How to Protect Your Workplace Floors for Winter

Winter is hard on our flooring. People track in salt, snow and ice as they enter your building or office. Salt and water can stain, scratch, and wear away at the flooring you invested in. Replacing flooring is never fun, and it can cost a significant amount of money, especially if your property has a high-end or specific aesthetic.

Further, wet workplace floors can contribute to slip and fall accidents, harming employees or customers and potentially starting a lawsuit against the company. It’s everyone’s responsibility to try to limit these accidents, and in the winter that means keeping flooring as dry as possible.

For both the safety of people and the longevity of your flooring, you need to protect your workplace floors from winter weather conditions. Here’s how you can handle your flooring in winter.

It Starts Outside 

Preventing slippery surfaces inside, starts outside. Quick and complete snow management in your parking lot and on the walkways up to your entrance can limit (or even eliminate) the amount of snow that people track in on their boots. Those who drive to your workplace will shed most of the snow they have on their boots during the drive. If they step into a clean parking lot and walkway after that, there’s not much moisture they can bring inside.

Most people will choose to rely on a professional snow removal service to care for their lot. Still, it is a wise idea to have your own small bag of salt and shovel stored near the door. That way you can be sure the door is kept clear and provide salt for traction to prevent slips and falls.

However, getting snow removal right after a snowstorm can be a challenge. Your staff or customers may have to drive up before the lot is fully clear. Never mind that people will arrive to your workplace while it’s snowing. So, you’ll need to be prepared to handle snow in your entryway itself in order to minimize its impact on your floor.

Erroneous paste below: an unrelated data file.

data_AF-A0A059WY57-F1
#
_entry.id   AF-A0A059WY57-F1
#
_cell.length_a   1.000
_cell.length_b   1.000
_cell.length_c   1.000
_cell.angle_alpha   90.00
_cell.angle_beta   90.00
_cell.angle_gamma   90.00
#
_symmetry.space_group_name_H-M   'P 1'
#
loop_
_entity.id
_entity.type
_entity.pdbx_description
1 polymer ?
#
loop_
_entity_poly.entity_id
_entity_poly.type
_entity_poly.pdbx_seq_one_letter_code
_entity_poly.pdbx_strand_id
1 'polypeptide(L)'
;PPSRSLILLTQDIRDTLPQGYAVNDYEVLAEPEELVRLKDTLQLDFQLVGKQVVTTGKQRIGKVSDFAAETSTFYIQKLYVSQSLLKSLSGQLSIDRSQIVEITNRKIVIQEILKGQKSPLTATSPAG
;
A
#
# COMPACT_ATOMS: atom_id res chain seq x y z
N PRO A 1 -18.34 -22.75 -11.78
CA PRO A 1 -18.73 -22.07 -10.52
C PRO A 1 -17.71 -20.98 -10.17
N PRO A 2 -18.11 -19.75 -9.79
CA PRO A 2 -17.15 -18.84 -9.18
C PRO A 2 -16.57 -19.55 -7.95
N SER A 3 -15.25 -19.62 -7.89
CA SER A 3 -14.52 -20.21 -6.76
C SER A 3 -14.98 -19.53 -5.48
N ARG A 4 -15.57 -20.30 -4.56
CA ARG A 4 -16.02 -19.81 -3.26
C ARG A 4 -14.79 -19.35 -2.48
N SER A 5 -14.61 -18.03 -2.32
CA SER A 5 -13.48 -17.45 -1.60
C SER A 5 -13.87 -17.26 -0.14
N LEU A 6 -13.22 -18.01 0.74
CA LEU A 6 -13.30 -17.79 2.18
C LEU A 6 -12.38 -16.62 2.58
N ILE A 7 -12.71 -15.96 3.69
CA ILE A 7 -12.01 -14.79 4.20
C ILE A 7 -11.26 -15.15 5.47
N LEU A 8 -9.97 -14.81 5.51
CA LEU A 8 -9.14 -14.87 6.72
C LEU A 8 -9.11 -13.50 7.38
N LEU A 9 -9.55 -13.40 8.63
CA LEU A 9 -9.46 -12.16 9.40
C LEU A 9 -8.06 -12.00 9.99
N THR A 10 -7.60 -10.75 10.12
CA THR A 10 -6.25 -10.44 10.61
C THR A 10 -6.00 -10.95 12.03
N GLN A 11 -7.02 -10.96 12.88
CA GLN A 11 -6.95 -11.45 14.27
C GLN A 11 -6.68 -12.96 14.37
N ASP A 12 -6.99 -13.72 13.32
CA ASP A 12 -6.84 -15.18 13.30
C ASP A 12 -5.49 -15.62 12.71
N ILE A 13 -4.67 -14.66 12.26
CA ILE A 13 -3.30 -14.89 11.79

Control the Entryway

In the entryway to your building, you should try to prevent salt, snow, ice and meltwater from touching the floor whenever possible. The longer that water and salt sit on the floor, the more likely they are to damage the floors. Hardwood flooring can swell after only a short exposure to water. Therefore, you should choose thick, absorbent entryway mats with rubber bottoms to collect the water people bring in. Mats should be washed and dried regularly, perhaps daily depending on the amount of traffic you see.

Still, entryway mats may become overwhelmed on the worst days and spill onto the floor. You need to be prepared with a wet floor sign to put out for liability purposes. Ideally, you’d mop up the water immediately, or at least wash the floor daily to remove the salt and prevent staining.

Salt Removal 

If you try to wash the salt away with water, you’ll soon find that all you’re doing is spreading it around. An hour or so after you wash up, you’ll find larger white stains from recrystallized salt. You need a specialized cleaner that is slightly acidic to resolve salt after one wash.

Also, you may find that your floor has chunks of rock salt brought in, not just diluted salt that forms the white stains. In that case, you should sweep up or remove the salt before you mop the floor, or it will dissolve and make the white stains larger.

Get Winter Floor Protection from JAN-PRO

Stop worrying about protecting your flooring in winter and get professional cleaning services from JAN-PRO. We can help you develop a plan to keep your flooring in top condition and then execute that plan for you. We have the specialized equipment and professional experience needed to protect your property, reduce your chances of a slip and fall accident, and keep your property looking lovely all through the winter weather.

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